From Volume 10, Issue 4:In this monthly missive, you’ve read about two states we present to our world. One state—the Knower/Judger (K/J)—is purely learned, reactionary, and emotional. It pretty well defines how we present ourselves to the world. It is observable for many of us through various behavioral assessments, such as DISC and Myers/Briggs. They help us and those around us understand how we will act in various circumstances. Aggressive-Passive, Compliant-Rebellious, People- or Task-Oriented, etc. These assessments are wonderful for improving communications on teams.
From Volume 7, Issue 6:The lore of “success training” is full of stories of knocked-down heroes who somehow summon the gumption to keep getting back up.
From Volume 7, Issue 2: Raise your hand if you’re still keeping your New Year’s resolution! If you’re sheepishly wishing that you could honestly raise your hand, you’re in good company. I’ve found that changing a habit I’ve decided doesn’t serve me well seems easy on the surface, but by now I’ve figured out it’s damned tough. With the best intentions, we resolutely announce we’ve chosen to (stop smoking, exercise more, eat less, eat better, be nicer to our spouse or boss, name your poison), and January 1, we dive in. But staying on track gets progressively more difficult. Here’s why and what you can do about it.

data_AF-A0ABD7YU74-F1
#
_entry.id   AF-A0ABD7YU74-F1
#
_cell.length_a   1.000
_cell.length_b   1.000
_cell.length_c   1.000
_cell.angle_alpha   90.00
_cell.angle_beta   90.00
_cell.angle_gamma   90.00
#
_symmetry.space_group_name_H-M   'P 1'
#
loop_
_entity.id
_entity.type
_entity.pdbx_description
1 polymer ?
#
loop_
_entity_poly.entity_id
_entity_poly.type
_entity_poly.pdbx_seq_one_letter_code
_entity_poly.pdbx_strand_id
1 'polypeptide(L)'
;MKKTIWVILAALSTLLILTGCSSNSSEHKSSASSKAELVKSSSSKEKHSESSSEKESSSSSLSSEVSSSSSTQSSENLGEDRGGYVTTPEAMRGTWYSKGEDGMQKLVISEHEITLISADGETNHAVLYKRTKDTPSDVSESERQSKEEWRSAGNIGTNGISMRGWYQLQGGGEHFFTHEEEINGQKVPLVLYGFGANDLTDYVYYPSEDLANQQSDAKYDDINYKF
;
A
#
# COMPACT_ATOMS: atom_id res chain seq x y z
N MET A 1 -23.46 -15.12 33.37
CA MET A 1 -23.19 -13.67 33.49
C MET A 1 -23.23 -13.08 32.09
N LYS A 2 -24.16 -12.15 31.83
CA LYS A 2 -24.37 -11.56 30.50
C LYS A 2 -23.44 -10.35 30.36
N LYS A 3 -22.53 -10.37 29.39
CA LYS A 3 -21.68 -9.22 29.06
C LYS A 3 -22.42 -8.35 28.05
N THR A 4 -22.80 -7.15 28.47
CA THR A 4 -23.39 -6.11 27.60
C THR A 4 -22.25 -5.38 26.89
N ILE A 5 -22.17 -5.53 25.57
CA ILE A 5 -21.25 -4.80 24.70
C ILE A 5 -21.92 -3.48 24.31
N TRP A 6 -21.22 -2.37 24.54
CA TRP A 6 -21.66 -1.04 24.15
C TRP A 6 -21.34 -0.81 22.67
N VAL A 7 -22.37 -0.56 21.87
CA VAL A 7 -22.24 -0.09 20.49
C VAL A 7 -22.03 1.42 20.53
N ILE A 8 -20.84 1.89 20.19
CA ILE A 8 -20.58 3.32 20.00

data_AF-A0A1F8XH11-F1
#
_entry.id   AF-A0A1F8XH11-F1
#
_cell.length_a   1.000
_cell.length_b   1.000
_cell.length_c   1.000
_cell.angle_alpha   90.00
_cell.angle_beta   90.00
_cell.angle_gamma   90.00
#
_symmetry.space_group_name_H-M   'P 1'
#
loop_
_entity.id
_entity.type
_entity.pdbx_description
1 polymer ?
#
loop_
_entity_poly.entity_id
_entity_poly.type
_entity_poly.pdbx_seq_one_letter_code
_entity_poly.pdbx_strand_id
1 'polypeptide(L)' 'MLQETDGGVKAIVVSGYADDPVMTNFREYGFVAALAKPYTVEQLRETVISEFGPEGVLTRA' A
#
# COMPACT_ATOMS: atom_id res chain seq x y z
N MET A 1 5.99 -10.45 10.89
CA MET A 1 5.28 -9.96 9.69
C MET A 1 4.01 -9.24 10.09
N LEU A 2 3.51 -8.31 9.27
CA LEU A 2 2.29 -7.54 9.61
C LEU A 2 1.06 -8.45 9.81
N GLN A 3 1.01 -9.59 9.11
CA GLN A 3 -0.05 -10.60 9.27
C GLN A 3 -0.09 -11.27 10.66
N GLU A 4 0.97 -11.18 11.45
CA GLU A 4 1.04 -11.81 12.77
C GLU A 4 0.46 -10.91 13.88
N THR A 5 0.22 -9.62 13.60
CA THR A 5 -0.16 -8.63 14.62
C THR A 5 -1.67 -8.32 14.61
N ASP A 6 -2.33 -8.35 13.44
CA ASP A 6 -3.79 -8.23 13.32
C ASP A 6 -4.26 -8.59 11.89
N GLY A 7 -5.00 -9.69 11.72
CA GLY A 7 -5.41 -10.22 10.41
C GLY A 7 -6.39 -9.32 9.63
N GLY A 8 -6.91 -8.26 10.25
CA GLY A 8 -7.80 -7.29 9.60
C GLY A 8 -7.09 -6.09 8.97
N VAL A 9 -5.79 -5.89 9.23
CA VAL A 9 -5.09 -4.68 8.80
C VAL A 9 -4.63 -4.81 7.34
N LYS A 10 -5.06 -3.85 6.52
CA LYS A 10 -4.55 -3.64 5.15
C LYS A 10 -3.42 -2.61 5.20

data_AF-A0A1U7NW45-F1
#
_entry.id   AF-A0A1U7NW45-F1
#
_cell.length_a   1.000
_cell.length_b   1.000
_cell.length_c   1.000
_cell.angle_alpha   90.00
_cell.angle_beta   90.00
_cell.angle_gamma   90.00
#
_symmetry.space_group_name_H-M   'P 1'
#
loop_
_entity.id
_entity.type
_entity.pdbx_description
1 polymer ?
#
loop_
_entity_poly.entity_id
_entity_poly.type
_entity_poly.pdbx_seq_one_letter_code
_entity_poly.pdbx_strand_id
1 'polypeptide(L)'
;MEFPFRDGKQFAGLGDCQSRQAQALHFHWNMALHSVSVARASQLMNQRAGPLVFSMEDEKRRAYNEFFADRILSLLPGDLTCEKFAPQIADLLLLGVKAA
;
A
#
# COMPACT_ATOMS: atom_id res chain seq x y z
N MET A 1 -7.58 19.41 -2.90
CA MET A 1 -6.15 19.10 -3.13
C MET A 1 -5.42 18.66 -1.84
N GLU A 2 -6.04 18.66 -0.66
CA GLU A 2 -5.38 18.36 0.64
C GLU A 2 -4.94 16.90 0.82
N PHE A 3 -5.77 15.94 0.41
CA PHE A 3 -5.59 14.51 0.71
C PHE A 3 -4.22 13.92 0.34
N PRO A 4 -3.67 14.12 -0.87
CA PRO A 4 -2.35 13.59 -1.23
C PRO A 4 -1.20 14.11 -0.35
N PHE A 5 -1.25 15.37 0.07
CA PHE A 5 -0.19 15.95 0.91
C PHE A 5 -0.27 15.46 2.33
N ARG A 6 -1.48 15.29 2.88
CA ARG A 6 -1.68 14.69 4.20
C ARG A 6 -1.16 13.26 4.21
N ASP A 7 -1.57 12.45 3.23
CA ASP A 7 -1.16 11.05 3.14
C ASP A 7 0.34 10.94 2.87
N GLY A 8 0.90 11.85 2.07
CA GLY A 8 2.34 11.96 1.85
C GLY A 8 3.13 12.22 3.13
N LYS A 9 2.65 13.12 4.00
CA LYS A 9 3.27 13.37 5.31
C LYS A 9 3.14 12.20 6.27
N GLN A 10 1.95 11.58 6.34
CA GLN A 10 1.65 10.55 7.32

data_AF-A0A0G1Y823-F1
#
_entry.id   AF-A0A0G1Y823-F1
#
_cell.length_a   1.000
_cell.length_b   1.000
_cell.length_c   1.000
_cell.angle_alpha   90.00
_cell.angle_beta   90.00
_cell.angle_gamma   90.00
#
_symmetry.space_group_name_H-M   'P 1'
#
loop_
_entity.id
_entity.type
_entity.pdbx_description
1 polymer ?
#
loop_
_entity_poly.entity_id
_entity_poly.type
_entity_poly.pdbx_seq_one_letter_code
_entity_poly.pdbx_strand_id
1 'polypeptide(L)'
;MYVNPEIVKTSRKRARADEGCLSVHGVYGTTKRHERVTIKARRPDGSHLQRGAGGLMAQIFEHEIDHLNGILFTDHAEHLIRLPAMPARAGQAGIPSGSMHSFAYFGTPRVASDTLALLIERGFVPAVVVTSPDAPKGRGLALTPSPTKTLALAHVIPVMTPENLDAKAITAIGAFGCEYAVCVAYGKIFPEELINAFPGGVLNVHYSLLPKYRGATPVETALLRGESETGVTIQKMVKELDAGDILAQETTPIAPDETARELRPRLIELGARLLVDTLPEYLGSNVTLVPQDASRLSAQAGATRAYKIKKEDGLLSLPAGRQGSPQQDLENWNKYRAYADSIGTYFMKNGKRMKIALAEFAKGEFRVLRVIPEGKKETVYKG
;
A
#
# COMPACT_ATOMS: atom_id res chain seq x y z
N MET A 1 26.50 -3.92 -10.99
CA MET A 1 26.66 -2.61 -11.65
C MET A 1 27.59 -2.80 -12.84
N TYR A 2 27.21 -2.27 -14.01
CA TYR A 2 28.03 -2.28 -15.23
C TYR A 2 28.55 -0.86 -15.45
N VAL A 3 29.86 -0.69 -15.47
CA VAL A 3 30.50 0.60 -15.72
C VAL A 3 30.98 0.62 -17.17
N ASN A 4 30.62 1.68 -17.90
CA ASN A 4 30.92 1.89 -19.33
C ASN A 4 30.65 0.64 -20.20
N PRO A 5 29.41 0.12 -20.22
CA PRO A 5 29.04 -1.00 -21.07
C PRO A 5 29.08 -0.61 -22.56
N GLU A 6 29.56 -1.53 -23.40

From Volume 5, Issue 7:It has not been unusual in my life for me to obsess about a small thing just to see the big goal go unattained, or even be obliterated. The problem is, I don’t know I’m doing it until it’s too late. The ego gets involved, and before you know it, that big dream you’ve been shooting for is whisked out of your hands. Take these race day stories as an example of what not to do when you have a goal in mind.
I was with clients this past weekend in a workshop setting. And a point was made by the presenter that sometimes in order to get …